An ordinance permitting adult-use retail sales of cannabis now only needs Napa City Council approval to become active in the city of Napa.
The city’s planning commission voted 4-0 on Thursday — with commissioner Gordon Huether absent — to recommend the Napa City Council approve an amendment to the city’s cannabis ordinance that would allow for the sale of cannabis products to customers 21 years old or older.
The amendment would come into effect 30-days following city council approval. The city council has already voted 4-1 — with only council member Liz Alessio opposing — to direct staff to prepare the amendment back in October.
A discussion about updating the city’s cannabis ordinance was prioritized as a policy goal by the city council in March this year.
Only medical sales of cannabis are currently permitted in the city. That means customers need a physician-approved medical-use card to purchase cannabis products at any of the city’s six dispensaries.
Most California residents — 57% statewide and 61% of Napa residents — voted to legalize recreational cannabis use in the state in 2016. But most California cities still don’t allow adult-use sales.
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Two representatives of cannabis retailers told the city’s planning commission that opening up adult-use sales will boost business considerably and bring increased tax revenue to the city.
Caity Maple, vice president of government affairs for Perfect Union — and a 2022 Sacramento City Council candidate — said at the meeting that Perfect Union worked with the city of Marysville a few years ago to create an adult-use ordinance, which was added to the city’s existing medical-use ordinance. The result, she said, was a huge boost in sales for the company’s Marysville location.
“The really amazing part of that is we actually tripled our sales within a few months,” Maple said. “That was a great benefit to the city, it was a great benefit to us as well, and we think it benefits the community.”
Aimee Henry, one of the owners of Napa Cannabis Collective, concurred with Maple. She said allowing adult-use sales will really benefit customers — including tourists who may be unaware of Napa’s cannabis regulations — because they won’t have to acquire a medical-use card or drive to another nearby city.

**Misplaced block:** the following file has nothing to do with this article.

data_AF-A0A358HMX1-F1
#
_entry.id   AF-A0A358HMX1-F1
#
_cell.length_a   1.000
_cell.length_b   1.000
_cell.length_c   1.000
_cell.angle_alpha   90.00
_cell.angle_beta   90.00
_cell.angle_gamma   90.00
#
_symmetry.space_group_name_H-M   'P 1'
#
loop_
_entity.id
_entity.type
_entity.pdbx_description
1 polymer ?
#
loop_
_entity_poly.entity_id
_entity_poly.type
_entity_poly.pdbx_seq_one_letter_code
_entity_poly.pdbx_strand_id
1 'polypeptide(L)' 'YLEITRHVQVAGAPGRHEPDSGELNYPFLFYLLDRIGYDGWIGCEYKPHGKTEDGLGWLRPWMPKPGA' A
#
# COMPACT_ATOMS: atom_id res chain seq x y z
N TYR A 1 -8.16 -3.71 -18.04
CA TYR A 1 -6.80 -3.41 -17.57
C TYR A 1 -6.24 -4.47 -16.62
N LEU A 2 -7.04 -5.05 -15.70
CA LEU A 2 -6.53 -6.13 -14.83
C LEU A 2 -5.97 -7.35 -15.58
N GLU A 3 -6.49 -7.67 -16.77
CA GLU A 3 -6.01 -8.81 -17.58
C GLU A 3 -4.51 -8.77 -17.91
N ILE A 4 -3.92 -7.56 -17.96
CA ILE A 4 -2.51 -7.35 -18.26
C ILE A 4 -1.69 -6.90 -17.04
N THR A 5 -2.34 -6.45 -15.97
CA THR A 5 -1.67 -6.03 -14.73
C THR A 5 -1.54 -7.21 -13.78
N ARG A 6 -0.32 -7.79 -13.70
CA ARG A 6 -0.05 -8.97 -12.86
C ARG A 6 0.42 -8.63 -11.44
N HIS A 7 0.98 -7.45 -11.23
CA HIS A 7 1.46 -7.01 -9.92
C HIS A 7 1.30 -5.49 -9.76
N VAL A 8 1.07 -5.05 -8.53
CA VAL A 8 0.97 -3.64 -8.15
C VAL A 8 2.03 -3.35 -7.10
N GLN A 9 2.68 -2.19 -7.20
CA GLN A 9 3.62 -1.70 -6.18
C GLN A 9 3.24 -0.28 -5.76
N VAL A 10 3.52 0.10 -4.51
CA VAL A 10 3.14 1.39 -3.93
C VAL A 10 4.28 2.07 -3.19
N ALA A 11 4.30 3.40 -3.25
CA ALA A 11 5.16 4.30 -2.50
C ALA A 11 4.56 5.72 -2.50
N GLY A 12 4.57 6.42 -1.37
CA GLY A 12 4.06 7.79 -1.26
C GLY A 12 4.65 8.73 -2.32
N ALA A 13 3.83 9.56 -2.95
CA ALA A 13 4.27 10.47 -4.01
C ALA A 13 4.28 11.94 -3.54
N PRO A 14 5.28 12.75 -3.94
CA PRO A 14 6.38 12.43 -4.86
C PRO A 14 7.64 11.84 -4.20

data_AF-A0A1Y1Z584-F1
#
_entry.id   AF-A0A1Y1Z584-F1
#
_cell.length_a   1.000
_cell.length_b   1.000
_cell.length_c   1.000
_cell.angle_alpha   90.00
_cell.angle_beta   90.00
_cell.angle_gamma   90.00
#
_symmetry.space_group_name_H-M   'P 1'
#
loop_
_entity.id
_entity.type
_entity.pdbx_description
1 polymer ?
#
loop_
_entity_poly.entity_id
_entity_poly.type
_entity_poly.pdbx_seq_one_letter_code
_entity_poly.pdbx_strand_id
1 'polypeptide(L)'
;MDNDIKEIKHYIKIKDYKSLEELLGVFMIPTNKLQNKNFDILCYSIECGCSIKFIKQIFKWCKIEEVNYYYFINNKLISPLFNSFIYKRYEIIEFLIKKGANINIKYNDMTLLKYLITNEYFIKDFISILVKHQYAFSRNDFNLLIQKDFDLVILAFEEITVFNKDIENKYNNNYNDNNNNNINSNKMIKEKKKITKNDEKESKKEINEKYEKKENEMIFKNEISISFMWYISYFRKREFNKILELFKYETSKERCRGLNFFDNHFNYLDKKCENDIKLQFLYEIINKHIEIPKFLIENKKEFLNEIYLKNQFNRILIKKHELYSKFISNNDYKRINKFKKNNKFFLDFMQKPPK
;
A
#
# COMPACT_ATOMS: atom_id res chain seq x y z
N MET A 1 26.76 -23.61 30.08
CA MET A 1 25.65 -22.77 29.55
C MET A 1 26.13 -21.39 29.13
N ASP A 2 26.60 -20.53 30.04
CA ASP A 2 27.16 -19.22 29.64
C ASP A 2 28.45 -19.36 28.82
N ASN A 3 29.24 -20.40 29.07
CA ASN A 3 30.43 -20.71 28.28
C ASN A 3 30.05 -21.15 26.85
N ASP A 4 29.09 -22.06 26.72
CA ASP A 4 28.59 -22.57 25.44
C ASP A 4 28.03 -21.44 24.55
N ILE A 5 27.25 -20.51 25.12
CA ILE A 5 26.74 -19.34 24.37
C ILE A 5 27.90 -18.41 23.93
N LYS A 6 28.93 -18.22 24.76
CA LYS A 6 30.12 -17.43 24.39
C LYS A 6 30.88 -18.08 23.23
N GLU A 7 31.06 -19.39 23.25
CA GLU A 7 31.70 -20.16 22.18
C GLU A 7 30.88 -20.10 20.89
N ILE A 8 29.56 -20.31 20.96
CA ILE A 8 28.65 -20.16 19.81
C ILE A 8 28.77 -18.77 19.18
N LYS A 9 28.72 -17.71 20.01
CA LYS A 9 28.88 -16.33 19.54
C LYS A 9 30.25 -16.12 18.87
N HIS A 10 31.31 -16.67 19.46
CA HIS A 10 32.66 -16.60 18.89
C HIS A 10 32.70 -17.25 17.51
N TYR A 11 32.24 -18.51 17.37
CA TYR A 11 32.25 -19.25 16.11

“Right now it’s just a silly barrier that people have to get a medical recommendation because all of the products are the same and everything they have access to is the same,” Henry said.
Henry said Napa Cannabis Collective currently has about 300 to 500 customers over the course of the month. If adult use is allowed, she anticipates that number to rise to up to 1,500 customers over the same time frame.
“We definitely have pent-up demand,” Henry said. “We plan on putting in our application within days, as soon as it passes City Council.”
Much of the discussion from the planning commission focused on a request for a 2-year moratorium on any new adult-use cannabis retail applications from a coalition of five of Napa’s medical cannabis retailers: Napa Cannabis Collective, Harvest House of Cannabis, Perfect Union, Herbivore, and Abide.
Though most councilmembers expressed that they aren’t interested in enacting the proposed moratorium at the October meeting, two commissioners expressed support for a similar moratorium at the Thursday meeting.
Henry said a moratorium would give the city time to decide whether or not to enact a cap on the number of dispensaries. The coalition letter that initially asked for the moratorium says it would also give current cannabis retailers a chance to stabilize financially following economic difficulties they’ve faced during the pandemic.
“Our thought process was, give the city time, give us time to catch up to the marketplace and then that also allows for public comment and observation to give an idea of if you want to put a cap in place later down the road and how many that cap should be if you decide to do that,” Henry said.
Commission chair Paul Kelley and commissioner Bob Massaro said they supported recommending a one-year moratorium. But the other commissioners opposed the recommendation because they said the marketplace should determine how business plays out.
Massaro said he supported the moratorium as a check-in on the cannabis retailers and how the situation with adult-use cannabis evolves in the city.
“Right now I just have the sense that, let’s see what happens; let’s make sure that it’s working,” Massaro said.
A vote to recommend the moratorium failed on a 2-2 vote.
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You can reach Edward Booth at (707) 256-2213.
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